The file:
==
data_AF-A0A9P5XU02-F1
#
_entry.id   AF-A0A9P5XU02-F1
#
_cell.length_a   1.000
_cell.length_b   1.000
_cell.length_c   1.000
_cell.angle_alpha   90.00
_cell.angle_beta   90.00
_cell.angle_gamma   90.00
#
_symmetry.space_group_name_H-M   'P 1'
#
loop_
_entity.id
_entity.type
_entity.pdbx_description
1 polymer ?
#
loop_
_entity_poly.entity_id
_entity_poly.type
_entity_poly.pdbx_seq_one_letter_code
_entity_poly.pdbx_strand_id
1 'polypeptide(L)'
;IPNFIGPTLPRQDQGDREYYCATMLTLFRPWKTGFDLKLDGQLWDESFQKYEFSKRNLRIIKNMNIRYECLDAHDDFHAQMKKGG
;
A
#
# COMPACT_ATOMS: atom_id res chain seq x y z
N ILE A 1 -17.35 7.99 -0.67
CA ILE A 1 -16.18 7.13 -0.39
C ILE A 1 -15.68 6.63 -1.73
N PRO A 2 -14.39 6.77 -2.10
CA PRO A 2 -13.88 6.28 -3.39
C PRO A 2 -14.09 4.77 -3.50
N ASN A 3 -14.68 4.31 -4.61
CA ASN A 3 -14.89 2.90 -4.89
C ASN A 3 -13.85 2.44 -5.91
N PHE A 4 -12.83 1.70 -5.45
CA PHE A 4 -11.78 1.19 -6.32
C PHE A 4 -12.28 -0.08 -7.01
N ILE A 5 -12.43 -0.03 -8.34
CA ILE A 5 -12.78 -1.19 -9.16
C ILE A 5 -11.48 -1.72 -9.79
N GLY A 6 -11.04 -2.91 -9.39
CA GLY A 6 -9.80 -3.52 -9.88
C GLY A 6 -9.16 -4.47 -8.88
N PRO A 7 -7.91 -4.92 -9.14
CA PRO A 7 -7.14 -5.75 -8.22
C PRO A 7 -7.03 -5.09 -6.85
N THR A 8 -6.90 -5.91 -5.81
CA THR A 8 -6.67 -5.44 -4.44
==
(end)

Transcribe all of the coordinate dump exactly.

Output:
data_AF-A0A9P5XU02-F1
#
_entry.id   AF-A0A9P5XU02-F1
#
_cell.length_a   1.000
_cell.length_b   1.000
_cell.length_c   1.000
_cell.angle_alpha   90.00
_cell.angle_beta   90.00
_cell.angle_gamma   90.00
#
_symmetry.space_group_name_H-M   'P 1'
#
loop_
_entity.id
_entity.type
_entity.pdbx_description
1 polymer ?
#
loop_
_entity_poly.entity_id
_entity_poly.type
_entity_poly.pdbx_seq_one_letter_code
_entity_poly.pdbx_strand_id
1 'polypeptide(L)'
;IPNFIGPTLPRQDQGDREYYCATMLTLFRPWKTGFDLKLDGQLWDESFQKYEFSKRNLRIIKNMNIRYECLDAHDDFHAQMKKGG
;
A
#
# COMPACT_ATOMS: atom_id res chain seq x y z
N ILE A 1 -17.35 7.99 -0.67
CA ILE A 1 -16.18 7.13 -0.39
C ILE A 1 -15.68 6.63 -1.73
N PRO A 2 -14.39 6.77 -2.10
CA PRO A 2 -13.88 6.28 -3.39
C PRO A 2 -14.09 4.77 -3.50
N ASN A 3 -14.68 4.31 -4.61
CA ASN A 3 -14.89 2.90 -4.89
C ASN A 3 -13.85 2.44 -5.91
N PHE A 4 -12.83 1.70 -5.45
CA PHE A 4 -11.78 1.19 -6.32
C PHE A 4 -12.28 -0.08 -7.01
N ILE A 5 -12.43 -0.03 -8.34
CA ILE A 5 -12.78 -1.19 -9.16
C ILE A 5 -11.48 -1.72 -9.79
N GLY A 6 -11.04 -2.91 -9.39
CA GLY A 6 -9.80 -3.52 -9.88
C GLY A 6 -9.16 -4.47 -8.88
N PRO A 7 -7.91 -4.92 -9.14
CA PRO A 7 -7.14 -5.75 -8.22
C PRO A 7 -7.03 -5.09 -6.85
N THR A 8 -6.90 -5.91 -5.81
CA THR A 8 -6.67 -5.44 -4.44